New Zealand lost another great son in the passing of Mike Moore on February 2, 2020.
The former Prime Minister was 71 years old.
His wife Yvonne Moore said that he died at home.
A special service, led by Prime Minister Jacinda Ardern, was held in his memory at Dilworth School in Auckland on February 14, 2020.
Mr Moore, who was the country’s 34th Prime Minister, suffered a stroke in 2015 when he was New Zealand’s Ambassador in Washington DC and had been in declining health in recent years.
His wife Yvonne Moore said that Mr Moore had numerous health issues since his stroke.
“Mike was born in Whakatane but grew up in Kawakawa and Moerewa in the Far North and wanted to spend his final months in the place that gave him his drive, spirit and courage. Mike wanted to be in Northland one last time so he spent much of summer in Matauri Bay and only came back to Auckland in recent weeks because of his health. Northland made him the battler and fighter for ordinary Kiwis he was throughout his life and career and that was what drove him to become a member of the New Zealand Labour Party at 16-years-old. He was stubborn, optimistic, generous and kind,” she said.
Connecting with people
He had an ability to connect with people from all walks of life.
“Having left school at 15 for a job in the freezing works, Mike always believed that his love of reading and hard work would overcome his lack of formal education. Mike was a good reminder to the Labour Party of its working class roots and will probably be its last blue collar Prime Minister.
“Mike was a passionate believer in the power of government to advance people through the collective provision of health and education and how that was the ladder up for ordinary working men and women and their families,” Ms Moore said.
She said that in keeping with Labour’s traditions he was a committed internationalist.
“As Trade Minister he helped give New Zealand a confident outward view of itself in the world. He also came to believe in the power of a rules based global trading system and how that, more than international aid, could lift nations out of poverty. He was a great humanist and a passionate free trader,” Ms Moore said.
First elected to the Auckland seat of Eden in 1972, Mr Moore was New Zealand’s youngest Member of Parliament at 23-years-old. He held the seat for one term and was defeated in the Rob Muldoon landslide victory in 1975. Soon after, he had the first of his three bouts of cancer.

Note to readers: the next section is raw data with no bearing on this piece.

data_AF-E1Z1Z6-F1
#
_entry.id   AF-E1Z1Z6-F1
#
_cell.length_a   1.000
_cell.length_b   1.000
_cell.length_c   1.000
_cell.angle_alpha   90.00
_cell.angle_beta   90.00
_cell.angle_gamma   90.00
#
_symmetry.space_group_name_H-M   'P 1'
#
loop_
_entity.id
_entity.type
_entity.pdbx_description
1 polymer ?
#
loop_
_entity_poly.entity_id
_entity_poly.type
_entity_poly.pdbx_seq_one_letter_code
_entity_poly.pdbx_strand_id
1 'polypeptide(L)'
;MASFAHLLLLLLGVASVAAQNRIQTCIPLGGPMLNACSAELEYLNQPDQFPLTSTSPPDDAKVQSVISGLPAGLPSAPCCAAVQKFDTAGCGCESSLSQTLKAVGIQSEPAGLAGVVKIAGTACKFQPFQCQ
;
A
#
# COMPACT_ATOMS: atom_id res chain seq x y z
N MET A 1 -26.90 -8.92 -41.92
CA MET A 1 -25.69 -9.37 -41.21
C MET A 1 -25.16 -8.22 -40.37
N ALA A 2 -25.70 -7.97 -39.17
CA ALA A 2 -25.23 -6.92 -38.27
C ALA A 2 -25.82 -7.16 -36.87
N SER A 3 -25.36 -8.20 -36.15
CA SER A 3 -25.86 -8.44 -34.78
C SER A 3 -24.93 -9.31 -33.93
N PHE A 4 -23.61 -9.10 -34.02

In 1978, he was elected to the Christchurch seat of Papanui, defeating National Cabinet Minister Bert Walker. He held that seat, which later became Christchurch North and Waimakariri, until his retirement from Parliament in 1999.
In the fourth Labour Government from 1984 to 1990, Mr Moore held the portfolios of Overseas Trade & Marketing, Tourism, Sport & Recreation, America’s Cup, External Relations & Trade, Deputy Finance, and Foreign Affairs.
He was the 11th Leader of the New Zealand Labour Party and, therefore, Prime Minister and later Leader of the Opposition, from September 4, 1990 until December 1, 1993.
Mr Moore was the World Trade Organisation’s third Director General, the highest international role ever held by a New Zealander, from 1999 to 2002 and oversaw China’s entry into the global rules based trading system. He also launched the Doha Development Round in 2002.
He was appointed New Zealand Ambassador to the United States in 2010 and played a significant role in the Trans-Pacific Partnership Trade Agreement and enhancing the relationship between the two countries.
Awards and Citations
Mr Moore’s “School Aid” charity, which is run through his old school Dilworth in Auckland and was created in 2009, has distributed hundreds of thousands of dollars in development aid to schools in Africa.
In 1999, he was awarded the Order of New Zealand, the nation’s highest honour, and in 2012 was awarded the Order of Australia (Honorary Officer). He also had five honorary doctorates in Commerce, Economics and Law.
Photo Caption: Mike Moore (File Photo)